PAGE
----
• Actor William Shatner at Silicon Valley Comic Con. (Getty Images)Source: Getty Images
In today's episode of 'who asked you?'.
By
Stephanie Marie Anderson

20 Apr 2016 - 8:45 AM  UPDATED 20 Apr 2016 - 8:45 AM

Fans of sci-fi television series The 100 have recently been furious with showrunners for killing off same sex-attracted character Lexa, accusing them of queerbaiting and playing into the "lesbian death trope", which has seen the violent deaths of 11 queer women on TV in the past few months.

Now, William Shatner has decided to share his (many, many) opinions on why fans should essentially just get over her death, and it is messy.

It all started when Stephen King tweeted about the show:

Out of nowhere, Shatner tweeted this, which fans took as a statement about Lexa's death.

One of the writers from The 100 saw this interaction and commented on it, as fans flooded Twitter with responses.

Shatner saw this, and chose to jump in.

And, well, things escalated from there. When a fan pointed out that "LGBT love rarely wins" on TV, Shatner argued that at least the showrunners had "the balls" to include an LGBT character. You know, in 2016.

Erasing hundreds of hetero happily ever afters in 140 characters or less, he followed this up by saying that happy couples are rare on TV and that's just "how life is portrayed on screen".

When a fan commented that "straights don't die from harmful tropes," Shatner confused himself and agreed with the commenter.

When fans explained that they were upset over Lexa's death because of the lack of well-written, realistic portrayals of LGBT characters on television that aren't oversexualised, he was was like "but they kissed was that sexy?"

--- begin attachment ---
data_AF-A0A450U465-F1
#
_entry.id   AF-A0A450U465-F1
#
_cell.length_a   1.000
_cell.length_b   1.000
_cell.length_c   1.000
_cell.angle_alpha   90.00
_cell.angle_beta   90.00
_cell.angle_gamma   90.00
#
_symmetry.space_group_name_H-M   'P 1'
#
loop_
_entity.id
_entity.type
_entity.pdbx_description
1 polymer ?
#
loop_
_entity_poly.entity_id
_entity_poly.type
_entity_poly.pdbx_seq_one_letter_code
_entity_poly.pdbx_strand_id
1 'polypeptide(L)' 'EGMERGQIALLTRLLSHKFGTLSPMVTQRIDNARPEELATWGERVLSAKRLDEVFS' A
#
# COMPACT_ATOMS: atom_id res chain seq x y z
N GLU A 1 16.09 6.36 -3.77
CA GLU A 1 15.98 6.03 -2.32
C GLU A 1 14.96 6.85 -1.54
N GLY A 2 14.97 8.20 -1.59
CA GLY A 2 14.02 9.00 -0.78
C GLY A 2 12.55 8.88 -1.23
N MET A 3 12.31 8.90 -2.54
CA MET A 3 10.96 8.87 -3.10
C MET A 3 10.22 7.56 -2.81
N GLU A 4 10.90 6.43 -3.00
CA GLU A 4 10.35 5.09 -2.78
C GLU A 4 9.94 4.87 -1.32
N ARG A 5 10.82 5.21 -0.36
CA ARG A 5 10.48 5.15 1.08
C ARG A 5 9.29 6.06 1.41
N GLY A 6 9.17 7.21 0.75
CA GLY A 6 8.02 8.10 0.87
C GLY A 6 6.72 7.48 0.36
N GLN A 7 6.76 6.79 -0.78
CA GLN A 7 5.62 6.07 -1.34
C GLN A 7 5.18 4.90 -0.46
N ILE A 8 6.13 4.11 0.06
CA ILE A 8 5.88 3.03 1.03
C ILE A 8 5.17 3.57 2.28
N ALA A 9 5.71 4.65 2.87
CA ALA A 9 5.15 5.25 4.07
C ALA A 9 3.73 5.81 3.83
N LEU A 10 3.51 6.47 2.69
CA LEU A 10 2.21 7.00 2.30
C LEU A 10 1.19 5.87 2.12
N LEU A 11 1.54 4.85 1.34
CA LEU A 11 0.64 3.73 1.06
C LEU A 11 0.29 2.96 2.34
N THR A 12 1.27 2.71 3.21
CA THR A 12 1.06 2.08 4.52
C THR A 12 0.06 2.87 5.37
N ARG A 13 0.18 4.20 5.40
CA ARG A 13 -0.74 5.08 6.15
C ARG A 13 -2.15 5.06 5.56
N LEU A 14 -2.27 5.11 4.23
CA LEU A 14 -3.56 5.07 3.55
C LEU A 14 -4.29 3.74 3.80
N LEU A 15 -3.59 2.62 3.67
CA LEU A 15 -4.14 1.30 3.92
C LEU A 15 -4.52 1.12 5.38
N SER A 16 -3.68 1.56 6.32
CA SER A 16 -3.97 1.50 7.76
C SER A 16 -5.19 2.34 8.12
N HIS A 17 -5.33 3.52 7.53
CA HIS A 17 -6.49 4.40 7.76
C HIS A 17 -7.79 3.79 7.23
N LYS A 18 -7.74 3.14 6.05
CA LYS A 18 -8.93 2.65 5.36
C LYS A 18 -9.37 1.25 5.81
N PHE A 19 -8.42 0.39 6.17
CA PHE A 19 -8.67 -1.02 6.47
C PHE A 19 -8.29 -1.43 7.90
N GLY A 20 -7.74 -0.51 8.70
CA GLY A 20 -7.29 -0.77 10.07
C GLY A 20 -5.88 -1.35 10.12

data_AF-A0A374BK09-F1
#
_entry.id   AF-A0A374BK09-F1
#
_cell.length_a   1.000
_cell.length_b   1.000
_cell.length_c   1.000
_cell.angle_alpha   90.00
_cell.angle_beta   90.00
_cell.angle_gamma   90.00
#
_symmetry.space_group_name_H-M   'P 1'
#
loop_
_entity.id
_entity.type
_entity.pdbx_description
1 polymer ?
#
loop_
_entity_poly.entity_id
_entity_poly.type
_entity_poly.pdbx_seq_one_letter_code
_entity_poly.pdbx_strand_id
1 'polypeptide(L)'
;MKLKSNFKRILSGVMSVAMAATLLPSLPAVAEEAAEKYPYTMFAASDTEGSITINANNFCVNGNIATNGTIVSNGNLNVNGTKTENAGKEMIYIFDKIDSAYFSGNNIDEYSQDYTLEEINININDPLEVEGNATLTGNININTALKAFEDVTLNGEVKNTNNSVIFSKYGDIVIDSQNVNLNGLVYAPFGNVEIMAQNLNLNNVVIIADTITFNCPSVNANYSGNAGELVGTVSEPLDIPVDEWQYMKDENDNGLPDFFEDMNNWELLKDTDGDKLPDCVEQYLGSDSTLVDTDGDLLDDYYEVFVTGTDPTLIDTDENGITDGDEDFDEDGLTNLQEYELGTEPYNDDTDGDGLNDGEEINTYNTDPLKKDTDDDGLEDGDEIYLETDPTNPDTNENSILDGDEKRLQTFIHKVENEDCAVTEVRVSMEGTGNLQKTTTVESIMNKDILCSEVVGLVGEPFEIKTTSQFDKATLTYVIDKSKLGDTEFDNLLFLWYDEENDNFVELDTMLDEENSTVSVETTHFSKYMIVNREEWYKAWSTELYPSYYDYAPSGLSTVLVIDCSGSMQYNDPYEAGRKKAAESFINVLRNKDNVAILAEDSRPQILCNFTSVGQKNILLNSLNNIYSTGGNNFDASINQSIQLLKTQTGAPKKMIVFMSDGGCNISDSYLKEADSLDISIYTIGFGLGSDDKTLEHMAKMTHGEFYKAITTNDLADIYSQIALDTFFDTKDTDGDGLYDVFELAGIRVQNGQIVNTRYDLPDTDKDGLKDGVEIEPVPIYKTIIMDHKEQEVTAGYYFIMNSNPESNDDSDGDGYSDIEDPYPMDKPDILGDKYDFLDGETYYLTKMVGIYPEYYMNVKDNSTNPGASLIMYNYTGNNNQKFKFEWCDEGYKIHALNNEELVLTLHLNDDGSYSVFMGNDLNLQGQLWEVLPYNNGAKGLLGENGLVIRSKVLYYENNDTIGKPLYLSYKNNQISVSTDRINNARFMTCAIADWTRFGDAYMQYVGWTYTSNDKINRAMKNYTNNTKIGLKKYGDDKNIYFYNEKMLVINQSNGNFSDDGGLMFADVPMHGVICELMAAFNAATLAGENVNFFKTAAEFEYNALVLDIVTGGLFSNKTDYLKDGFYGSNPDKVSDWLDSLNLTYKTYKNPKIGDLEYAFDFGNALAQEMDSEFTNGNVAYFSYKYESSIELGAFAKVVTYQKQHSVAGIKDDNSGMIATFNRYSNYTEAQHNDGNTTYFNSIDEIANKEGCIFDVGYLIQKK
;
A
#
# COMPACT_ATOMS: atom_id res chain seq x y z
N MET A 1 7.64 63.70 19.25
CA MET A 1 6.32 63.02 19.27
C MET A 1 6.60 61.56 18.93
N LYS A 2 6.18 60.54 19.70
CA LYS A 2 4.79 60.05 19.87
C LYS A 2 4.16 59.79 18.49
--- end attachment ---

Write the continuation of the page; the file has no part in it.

At one point, he just started quoting things he knew for sure, regardless of whether it made any sense within the context of the conversation.

Quickly, Shatner began to feel very attacked, calling the fans' reaction "social media terrorism".

Fans sent him a link to this article detailing all 152 dead lesbian characters portrayed on television, which he read and quickly disregarded, asking whether Lexa's death meant "the end of LGBT".

After one fan asked how he could read about the lesbian death trope and still not "understand why [fans are] so angry?" Shatner responded that it didn't give fans the right to "attack" him.

When one fan wondered why Shatner was "commenting on an issue that does not concern him," pointing out that "if an issue does not affect you, it is none of your concern," he told her to "follow her own advice," the Twitter equivalent of "I know you are but what am I?"

Another fan told Shatner that he didn't "get to decide what offends or hurts somebody - especially when you're not a part of their community", and Shatner was like "um excuse me why not?"

Soon enough, Shatner seemed to decide that the problem was the fans, rather than the lack of LGBT characters on TV or the fact that they're all being killed off. One fan tweeted that LGBT people have a better understanding of LGBT representation on television than a straight man, to which Shatner replied:

One fan tried to reason with him, asking him to consider "what kind of message [it would send]" if "the only depictions of yourself on TV was you being killed, tortured, or just forgotten?" to which Shatner was like "nah".

Following it up with a rather ironic: "I wouldn't be messy on Twitter about it".

Confused as hell, he was like "is it good if you are not represented at all??????? Is that better???"

At one point, he got lost in his own thoughts...

Eventually, he decided that it seemed like "less of a headache" for showrunners to just not have LGBT characters on their shows in the first place.

And finished it all off with a tweet implying that fans were being ridiculous.

Like... yeah?????

Shatner, it's time to log off.

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In 2016, why is television still burying its queer women?
A spate of violent television deaths have featured same sex-attracted women in recent months.